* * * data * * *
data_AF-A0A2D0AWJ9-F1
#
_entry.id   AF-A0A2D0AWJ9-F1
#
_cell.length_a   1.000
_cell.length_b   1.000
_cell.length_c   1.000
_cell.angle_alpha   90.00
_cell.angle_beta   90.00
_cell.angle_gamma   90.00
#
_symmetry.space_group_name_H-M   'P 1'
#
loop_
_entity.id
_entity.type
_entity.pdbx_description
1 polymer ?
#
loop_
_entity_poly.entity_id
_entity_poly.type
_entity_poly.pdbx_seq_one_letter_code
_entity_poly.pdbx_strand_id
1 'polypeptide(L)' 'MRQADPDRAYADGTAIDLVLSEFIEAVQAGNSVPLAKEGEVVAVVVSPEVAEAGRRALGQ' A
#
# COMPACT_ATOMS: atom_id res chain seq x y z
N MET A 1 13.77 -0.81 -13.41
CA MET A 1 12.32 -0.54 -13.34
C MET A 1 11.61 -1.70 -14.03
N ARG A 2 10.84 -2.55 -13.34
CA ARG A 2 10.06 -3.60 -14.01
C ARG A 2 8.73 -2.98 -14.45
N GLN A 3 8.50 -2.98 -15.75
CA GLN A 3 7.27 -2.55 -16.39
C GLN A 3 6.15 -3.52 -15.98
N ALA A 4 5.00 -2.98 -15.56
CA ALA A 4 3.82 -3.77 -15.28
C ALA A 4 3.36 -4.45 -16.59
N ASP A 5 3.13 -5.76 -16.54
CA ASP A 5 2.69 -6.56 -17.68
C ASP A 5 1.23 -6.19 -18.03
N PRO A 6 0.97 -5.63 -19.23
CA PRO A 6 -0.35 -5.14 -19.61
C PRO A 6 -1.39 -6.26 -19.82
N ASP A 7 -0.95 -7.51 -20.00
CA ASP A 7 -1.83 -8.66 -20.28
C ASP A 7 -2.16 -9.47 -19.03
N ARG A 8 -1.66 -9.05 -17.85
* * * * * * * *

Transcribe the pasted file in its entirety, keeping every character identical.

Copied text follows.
data_AF-A0A2D0AWJ9-F1
#
_entry.id   AF-A0A2D0AWJ9-F1
#
_cell.length_a   1.000
_cell.length_b   1.000
_cell.length_c   1.000
_cell.angle_alpha   90.00
_cell.angle_beta   90.00
_cell.angle_gamma   90.00
#
_symmetry.space_group_name_H-M   'P 1'
#
loop_
_entity.id
_entity.type
_entity.pdbx_description
1 polymer ?
#
loop_
_entity_poly.entity_id
_entity_poly.type
_entity_poly.pdbx_seq_one_letter_code
_entity_poly.pdbx_strand_id
1 'polypeptide(L)' 'MRQADPDRAYADGTAIDLVLSEFIEAVQAGNSVPLAKEGEVVAVVVSPEVAEAGRRALGQ' A
#
# COMPACT_ATOMS: atom_id res chain seq x y z
N MET A 1 13.77 -0.81 -13.41
CA MET A 1 12.32 -0.54 -13.34
C MET A 1 11.61 -1.70 -14.03
N ARG A 2 10.84 -2.55 -13.34
CA ARG A 2 10.06 -3.60 -14.01
C ARG A 2 8.73 -2.98 -14.45
N GLN A 3 8.50 -2.98 -15.75
CA GLN A 3 7.27 -2.55 -16.39
C GLN A 3 6.15 -3.52 -15.98
N ALA A 4 5.00 -2.98 -15.56
CA ALA A 4 3.82 -3.77 -15.28
C ALA A 4 3.36 -4.45 -16.59
N ASP A 5 3.13 -5.76 -16.54
CA ASP A 5 2.69 -6.56 -17.68
C ASP A 5 1.23 -6.19 -18.03
N PRO A 6 0.97 -5.63 -19.23
CA PRO A 6 -0.35 -5.14 -19.61
C PRO A 6 -1.39 -6.26 -19.82
N ASP A 7 -0.95 -7.51 -20.00
CA ASP A 7 -1.83 -8.66 -20.28
C ASP A 7 -2.16 -9.47 -19.03
N ARG A 8 -1.66 -9.05 -17.85